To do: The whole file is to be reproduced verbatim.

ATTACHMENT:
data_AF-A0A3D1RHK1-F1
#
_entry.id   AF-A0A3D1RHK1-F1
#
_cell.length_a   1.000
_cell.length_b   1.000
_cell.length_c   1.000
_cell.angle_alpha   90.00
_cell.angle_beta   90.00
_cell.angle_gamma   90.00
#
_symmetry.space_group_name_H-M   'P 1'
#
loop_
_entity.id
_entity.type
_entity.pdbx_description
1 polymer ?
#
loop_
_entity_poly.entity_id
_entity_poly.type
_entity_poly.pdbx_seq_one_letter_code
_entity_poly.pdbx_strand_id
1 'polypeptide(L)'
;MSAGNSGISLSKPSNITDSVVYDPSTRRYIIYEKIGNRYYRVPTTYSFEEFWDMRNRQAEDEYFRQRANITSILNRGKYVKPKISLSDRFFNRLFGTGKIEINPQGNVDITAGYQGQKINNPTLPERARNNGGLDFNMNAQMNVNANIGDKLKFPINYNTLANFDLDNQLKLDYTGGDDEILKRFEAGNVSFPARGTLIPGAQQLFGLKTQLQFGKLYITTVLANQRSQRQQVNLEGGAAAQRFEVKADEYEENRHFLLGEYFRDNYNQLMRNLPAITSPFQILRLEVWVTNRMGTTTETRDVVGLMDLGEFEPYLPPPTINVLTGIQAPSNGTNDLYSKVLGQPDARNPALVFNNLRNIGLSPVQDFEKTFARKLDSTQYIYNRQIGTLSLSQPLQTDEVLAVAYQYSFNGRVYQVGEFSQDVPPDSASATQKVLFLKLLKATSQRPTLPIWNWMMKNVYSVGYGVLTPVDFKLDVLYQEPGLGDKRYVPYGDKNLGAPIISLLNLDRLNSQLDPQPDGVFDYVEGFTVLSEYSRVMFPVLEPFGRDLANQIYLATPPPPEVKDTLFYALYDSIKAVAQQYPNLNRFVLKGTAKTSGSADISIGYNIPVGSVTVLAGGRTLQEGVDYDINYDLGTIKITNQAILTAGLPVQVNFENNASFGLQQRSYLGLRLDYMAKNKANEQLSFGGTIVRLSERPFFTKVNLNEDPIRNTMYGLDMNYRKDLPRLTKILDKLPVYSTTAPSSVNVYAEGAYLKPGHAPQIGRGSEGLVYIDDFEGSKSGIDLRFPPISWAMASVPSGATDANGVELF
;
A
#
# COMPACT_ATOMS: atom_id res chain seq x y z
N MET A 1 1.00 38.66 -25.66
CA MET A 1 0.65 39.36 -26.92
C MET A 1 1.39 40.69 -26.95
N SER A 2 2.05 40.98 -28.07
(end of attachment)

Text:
data_AF-A0A3D1RHK1-F1
#
_entry.id   AF-A0A3D1RHK1-F1
#
_cell.length_a   1.000
_cell.length_b   1.000
_cell.length_c   1.000
_cell.angle_alpha   90.00
_cell.angle_beta   90.00
_cell.angle_gamma   90.00
#
_symmetry.space_group_name_H-M   'P 1'
#
loop_
_entity.id
_entity.type
_entity.pdbx_description
1 polymer ?
#
loop_
_entity_poly.entity_id
_entity_poly.type
_entity_poly.pdbx_seq_one_letter_code
_entity_poly.pdbx_strand_id
1 'polypeptide(L)'
;MSAGNSGISLSKPSNITDSVVYDPSTRRYIIYEKIGNRYYRVPTTYSFEEFWDMRNRQAEDEYFRQRANITSILNRGKYVKPKISLSDRFFNRLFGTGKIEINPQGNVDITAGYQGQKINNPTLPERARNNGGLDFNMNAQMNVNANIGDKLKFPINYNTLANFDLDNQLKLDYTGGDDEILKRFEAGNVSFPARGTLIPGAQQLFGLKTQLQFGKLYITTVLANQRSQRQQVNLEGGAAAQRFEVKADEYEENRHFLLGEYFRDNYNQLMRNLPAITSPFQILRLEVWVTNRMGTTTETRDVVGLMDLGEFEPYLPPPTINVLTGIQAPSNGTNDLYSKVLGQPDARNPALVFNNLRNIGLSPVQDFEKTFARKLDSTQYIYNRQIGTLSLSQPLQTDEVLAVAYQYSFNGRVYQVGEFSQDVPPDSASATQKVLFLKLLKATSQRPTLPIWNWMMKNVYSVGYGVLTPVDFKLDVLYQEPGLGDKRYVPYGDKNLGAPIISLLNLDRLNSQLDPQPDGVFDYVEGFTVLSEYSRVMFPVLEPFGRDLANQIYLATPPPPEVKDTLFYALYDSIKAVAQQYPNLNRFVLKGTAKTSGSADISIGYNIPVGSVTVLAGGRTLQEGVDYDINYDLGTIKITNQAILTAGLPVQVNFENNASFGLQQRSYLGLRLDYMAKNKANEQLSFGGTIVRLSERPFFTKVNLNEDPIRNTMYGLDMNYRKDLPRLTKILDKLPVYSTTAPSSVNVYAEGAYLKPGHAPQIGRGSEGLVYIDDFEGSKSGIDLRFPPISWAMASVPSGATDANGVELF
;
A
#
# COMPACT_ATOMS: atom_id res chain seq x y z
N MET A 1 1.00 38.66 -25.66
CA MET A 1 0.65 39.36 -26.92
C MET A 1 1.39 40.69 -26.95
N SER A 2 2.05 40.98 -28.07